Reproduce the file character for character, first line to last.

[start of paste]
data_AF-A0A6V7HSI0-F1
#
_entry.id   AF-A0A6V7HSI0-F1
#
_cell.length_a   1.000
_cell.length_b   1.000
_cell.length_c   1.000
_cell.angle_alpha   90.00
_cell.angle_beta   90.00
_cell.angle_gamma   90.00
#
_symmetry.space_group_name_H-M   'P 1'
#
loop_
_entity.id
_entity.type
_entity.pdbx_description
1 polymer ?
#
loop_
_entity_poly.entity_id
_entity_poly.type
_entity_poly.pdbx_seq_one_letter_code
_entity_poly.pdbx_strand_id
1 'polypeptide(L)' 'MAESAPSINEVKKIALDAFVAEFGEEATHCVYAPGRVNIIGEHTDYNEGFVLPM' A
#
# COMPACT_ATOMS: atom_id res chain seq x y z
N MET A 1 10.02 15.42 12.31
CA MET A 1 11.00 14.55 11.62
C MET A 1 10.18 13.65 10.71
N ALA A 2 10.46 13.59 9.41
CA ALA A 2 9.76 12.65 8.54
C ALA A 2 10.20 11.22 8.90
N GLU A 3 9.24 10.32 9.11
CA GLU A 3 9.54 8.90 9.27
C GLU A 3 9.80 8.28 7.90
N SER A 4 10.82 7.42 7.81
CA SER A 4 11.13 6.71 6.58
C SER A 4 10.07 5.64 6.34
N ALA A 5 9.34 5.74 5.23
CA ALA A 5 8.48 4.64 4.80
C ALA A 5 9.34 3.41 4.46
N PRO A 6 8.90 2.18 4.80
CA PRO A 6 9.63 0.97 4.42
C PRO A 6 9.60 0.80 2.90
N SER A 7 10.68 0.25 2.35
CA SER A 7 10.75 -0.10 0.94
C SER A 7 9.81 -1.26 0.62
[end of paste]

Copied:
data_AF-A0A6V7HSI0-F1
#
_entry.id   AF-A0A6V7HSI0-F1
#
_cell.length_a   1.000
_cell.length_b   1.000
_cell.length_c   1.000
_cell.angle_alpha   90.00
_cell.angle_beta   90.00
_cell.angle_gamma   90.00
#
_symmetry.space_group_name_H-M   'P 1'
#
loop_
_entity.id
_entity.type
_entity.pdbx_description
1 polymer ?
#
loop_
_entity_poly.entity_id
_entity_poly.type
_entity_poly.pdbx_seq_one_letter_code
_entity_poly.pdbx_strand_id
1 'polypeptide(L)' 'MAESAPSINEVKKIALDAFVAEFGEEATHCVYAPGRVNIIGEHTDYNEGFVLPM' A
#
# COMPACT_ATOMS: atom_id res chain seq x y z
N MET A 1 10.02 15.42 12.31
CA MET A 1 11.00 14.55 11.62
C MET A 1 10.18 13.65 10.71
N ALA A 2 10.46 13.59 9.41
CA ALA A 2 9.76 12.65 8.54
C ALA A 2 10.20 11.22 8.90
N GLU A 3 9.24 10.32 9.11
CA GLU A 3 9.54 8.90 9.27
C GLU A 3 9.80 8.28 7.90
N SER A 4 10.82 7.42 7.81
CA SER A 4 11.13 6.71 6.58
C SER A 4 10.07 5.64 6.34
N ALA A 5 9.34 5.74 5.23
CA ALA A 5 8.48 4.64 4.80
C ALA A 5 9.34 3.41 4.46
N PRO A 6 8.90 2.18 4.80
CA PRO A 6 9.63 0.97 4.42
C PRO A 6 9.60 0.80 2.90
N SER A 7 10.68 0.25 2.35
CA SER A 7 10.75 -0.10 0.94
C SER A 7 9.81 -1.26 0.62